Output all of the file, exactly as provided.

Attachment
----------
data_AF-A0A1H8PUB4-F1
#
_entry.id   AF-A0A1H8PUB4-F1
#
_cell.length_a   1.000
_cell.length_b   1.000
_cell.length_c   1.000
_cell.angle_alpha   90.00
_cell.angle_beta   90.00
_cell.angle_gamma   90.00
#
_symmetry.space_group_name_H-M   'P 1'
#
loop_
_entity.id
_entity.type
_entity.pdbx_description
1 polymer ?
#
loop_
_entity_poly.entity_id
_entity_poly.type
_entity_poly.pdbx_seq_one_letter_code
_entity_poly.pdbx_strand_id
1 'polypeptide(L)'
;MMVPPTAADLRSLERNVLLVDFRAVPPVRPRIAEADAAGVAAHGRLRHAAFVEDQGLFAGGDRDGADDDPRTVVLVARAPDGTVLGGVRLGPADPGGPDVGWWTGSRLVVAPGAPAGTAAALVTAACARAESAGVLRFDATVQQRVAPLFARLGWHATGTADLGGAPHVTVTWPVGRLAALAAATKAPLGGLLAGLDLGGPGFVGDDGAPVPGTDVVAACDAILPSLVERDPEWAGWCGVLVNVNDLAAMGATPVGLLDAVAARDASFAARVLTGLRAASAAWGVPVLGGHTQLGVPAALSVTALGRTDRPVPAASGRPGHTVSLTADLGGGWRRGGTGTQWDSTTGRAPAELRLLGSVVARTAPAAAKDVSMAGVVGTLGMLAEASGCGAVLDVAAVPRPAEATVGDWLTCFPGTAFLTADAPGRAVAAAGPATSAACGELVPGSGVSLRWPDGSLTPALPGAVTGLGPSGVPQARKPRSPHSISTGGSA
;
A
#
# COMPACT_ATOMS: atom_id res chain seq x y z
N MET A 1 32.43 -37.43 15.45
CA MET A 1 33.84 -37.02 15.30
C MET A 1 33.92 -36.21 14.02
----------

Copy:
data_AF-A0A1H8PUB4-F1
#
_entry.id   AF-A0A1H8PUB4-F1
#
_cell.length_a   1.000
_cell.length_b   1.000
_cell.length_c   1.000
_cell.angle_alpha   90.00
_cell.angle_beta   90.00
_cell.angle_gamma   90.00
#
_symmetry.space_group_name_H-M   'P 1'
#
loop_
_entity.id
_entity.type
_entity.pdbx_description
1 polymer ?
#
loop_
_entity_poly.entity_id
_entity_poly.type
_entity_poly.pdbx_seq_one_letter_code
_entity_poly.pdbx_strand_id
1 'polypeptide(L)'
;MMVPPTAADLRSLERNVLLVDFRAVPPVRPRIAEADAAGVAAHGRLRHAAFVEDQGLFAGGDRDGADDDPRTVVLVARAPDGTVLGGVRLGPADPGGPDVGWWTGSRLVVAPGAPAGTAAALVTAACARAESAGVLRFDATVQQRVAPLFARLGWHATGTADLGGAPHVTVTWPVGRLAALAAATKAPLGGLLAGLDLGGPGFVGDDGAPVPGTDVVAACDAILPSLVERDPEWAGWCGVLVNVNDLAAMGATPVGLLDAVAARDASFAARVLTGLRAASAAWGVPVLGGHTQLGVPAALSVTALGRTDRPVPAASGRPGHTVSLTADLGGGWRRGGTGTQWDSTTGRAPAELRLLGSVVARTAPAAAKDVSMAGVVGTLGMLAEASGCGAVLDVAAVPRPAEATVGDWLTCFPGTAFLTADAPGRAVAAAGPATSAACGELVPGSGVSLRWPDGSLTPALPGAVTGLGPSGVPQARKPRSPHSISTGGSA
;
A
#
# COMPACT_ATOMS: atom_id res chain seq x y z
N MET A 1 32.43 -37.43 15.45
CA MET A 1 33.84 -37.02 15.30
C MET A 1 33.92 -36.21 14.02